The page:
21 Aug

Events of Interest and Analyses, A Foreign Perspective

Wikileaks founder Julian Assange accused of rape

Julian Assange Swedish authorities issue an arrest warrant for the founder of the whistleblowers’ website on accusations of rape…………………………….. 

The McGlynn: I would not be surprised if the CIA was behind this dirty trick.

STOCKHOLM — Swedish prosecutors withdrew an arrest warrant for the founder of WikiLeaks on Saturday, saying less than a day after the document was issued that it was based on an unfounded accusation of rape.

They said that for the moment Julian Assange remains suspected of the lesser crime of molestation in a separate case.

The accusations have been labeled a dirty trick by Julian Assange and his group, who are preparing to release a fresh batch of classified U.S. documents from the Afghan war.

Swedish prosecutors had urged Assange – a nomadic 39-year-old Australian whose whereabouts were unclear – to turn himself in to police to face questioning in the case involving suspicions of rape and the other based on an accusation of molestation.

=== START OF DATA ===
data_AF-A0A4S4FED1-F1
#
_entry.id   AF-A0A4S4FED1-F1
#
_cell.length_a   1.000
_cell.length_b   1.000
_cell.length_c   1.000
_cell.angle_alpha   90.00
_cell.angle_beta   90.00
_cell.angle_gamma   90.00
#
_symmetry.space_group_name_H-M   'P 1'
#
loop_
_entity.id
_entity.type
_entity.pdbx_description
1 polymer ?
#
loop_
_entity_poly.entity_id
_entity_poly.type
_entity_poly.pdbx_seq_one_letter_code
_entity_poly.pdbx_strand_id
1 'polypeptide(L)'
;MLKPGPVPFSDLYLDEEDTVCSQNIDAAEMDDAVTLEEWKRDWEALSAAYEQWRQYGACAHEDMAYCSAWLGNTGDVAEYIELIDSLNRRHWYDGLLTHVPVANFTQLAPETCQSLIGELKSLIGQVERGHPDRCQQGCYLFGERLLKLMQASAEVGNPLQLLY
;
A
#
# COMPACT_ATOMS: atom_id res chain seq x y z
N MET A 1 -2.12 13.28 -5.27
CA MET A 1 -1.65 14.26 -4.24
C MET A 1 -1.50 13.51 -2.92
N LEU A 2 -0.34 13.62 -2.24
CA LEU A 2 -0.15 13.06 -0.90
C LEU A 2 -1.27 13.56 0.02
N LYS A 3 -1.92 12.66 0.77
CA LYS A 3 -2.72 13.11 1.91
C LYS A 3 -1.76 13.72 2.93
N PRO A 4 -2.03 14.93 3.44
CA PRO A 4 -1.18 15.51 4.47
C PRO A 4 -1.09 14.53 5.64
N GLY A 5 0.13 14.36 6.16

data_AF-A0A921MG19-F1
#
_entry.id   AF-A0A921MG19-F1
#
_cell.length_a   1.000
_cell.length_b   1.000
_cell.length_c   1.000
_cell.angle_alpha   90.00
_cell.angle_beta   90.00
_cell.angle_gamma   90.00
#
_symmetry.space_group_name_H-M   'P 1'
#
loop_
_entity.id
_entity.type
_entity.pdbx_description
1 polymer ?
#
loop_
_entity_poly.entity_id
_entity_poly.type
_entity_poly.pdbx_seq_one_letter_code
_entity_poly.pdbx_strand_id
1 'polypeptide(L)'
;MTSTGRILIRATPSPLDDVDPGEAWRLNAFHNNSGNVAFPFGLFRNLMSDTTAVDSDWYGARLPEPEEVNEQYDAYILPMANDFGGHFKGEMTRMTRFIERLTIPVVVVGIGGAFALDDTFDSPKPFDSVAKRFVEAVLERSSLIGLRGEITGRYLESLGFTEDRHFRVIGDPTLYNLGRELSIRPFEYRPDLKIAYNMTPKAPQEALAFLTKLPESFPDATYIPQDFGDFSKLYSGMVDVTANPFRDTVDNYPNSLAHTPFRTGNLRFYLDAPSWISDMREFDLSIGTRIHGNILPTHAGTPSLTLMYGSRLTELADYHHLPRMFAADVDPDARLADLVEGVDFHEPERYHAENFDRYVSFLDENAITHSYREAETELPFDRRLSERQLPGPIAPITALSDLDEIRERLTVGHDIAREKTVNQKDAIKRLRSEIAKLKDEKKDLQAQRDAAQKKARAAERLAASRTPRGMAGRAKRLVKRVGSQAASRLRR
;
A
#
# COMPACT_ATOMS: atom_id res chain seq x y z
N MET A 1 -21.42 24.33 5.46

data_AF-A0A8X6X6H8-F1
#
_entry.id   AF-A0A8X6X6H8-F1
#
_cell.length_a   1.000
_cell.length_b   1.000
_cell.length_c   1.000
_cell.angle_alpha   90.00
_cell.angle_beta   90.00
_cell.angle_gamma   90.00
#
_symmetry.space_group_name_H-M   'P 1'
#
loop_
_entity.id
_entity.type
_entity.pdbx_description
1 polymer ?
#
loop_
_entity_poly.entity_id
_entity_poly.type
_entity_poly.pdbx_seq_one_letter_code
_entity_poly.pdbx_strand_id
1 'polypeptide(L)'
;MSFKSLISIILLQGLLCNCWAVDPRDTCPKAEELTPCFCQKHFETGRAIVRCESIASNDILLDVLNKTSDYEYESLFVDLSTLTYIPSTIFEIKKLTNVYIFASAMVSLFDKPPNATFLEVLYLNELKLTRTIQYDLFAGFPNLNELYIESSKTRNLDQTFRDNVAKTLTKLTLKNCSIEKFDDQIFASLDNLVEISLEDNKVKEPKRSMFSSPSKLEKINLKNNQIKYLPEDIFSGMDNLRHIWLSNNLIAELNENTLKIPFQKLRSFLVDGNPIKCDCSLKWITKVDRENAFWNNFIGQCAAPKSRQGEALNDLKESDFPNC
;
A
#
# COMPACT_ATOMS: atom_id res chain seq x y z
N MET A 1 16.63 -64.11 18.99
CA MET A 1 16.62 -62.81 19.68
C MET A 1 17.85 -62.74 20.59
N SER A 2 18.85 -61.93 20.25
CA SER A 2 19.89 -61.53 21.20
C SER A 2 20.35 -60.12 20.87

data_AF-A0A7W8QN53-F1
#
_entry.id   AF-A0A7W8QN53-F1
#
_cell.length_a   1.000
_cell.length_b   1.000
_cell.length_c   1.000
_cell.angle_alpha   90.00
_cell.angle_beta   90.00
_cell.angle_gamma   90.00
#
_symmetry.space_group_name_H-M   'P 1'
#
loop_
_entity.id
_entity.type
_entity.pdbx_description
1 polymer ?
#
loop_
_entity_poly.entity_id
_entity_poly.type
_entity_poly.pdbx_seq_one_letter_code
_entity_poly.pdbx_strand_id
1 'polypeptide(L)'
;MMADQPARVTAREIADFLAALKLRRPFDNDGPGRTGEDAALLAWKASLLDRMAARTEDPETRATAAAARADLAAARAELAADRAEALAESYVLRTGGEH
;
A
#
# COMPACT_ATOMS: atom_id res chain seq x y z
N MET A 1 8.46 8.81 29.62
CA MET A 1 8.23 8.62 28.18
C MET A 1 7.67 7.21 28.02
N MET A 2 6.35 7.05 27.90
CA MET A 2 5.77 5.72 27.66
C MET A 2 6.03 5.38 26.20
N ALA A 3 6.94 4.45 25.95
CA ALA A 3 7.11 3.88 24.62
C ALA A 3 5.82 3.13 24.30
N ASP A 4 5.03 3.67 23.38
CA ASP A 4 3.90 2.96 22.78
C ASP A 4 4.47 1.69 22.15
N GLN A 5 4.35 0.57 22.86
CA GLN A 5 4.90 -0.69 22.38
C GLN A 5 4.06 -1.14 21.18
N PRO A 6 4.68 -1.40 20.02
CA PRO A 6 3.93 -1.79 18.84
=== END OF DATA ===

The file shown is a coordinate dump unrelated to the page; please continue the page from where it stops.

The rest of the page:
“I don’t think there is reason to suspect that he has committed rape,” chief prosecutor Eva Finne said, in announcing the withdrawal of the warrant.

Karin Rosander, a spokeswoman for the Swedish Prosecution Authority, said Assange remains suspected of molestation.

“The prosecutor hasn’t made a decision” on that count, Rosander said. “The investigation continues.”

Assange had dismissed the allegations in a statement on WikiLeaks’ Twitter page, saying “the charges are without basis and their issue at this moment is deeply disturbing.”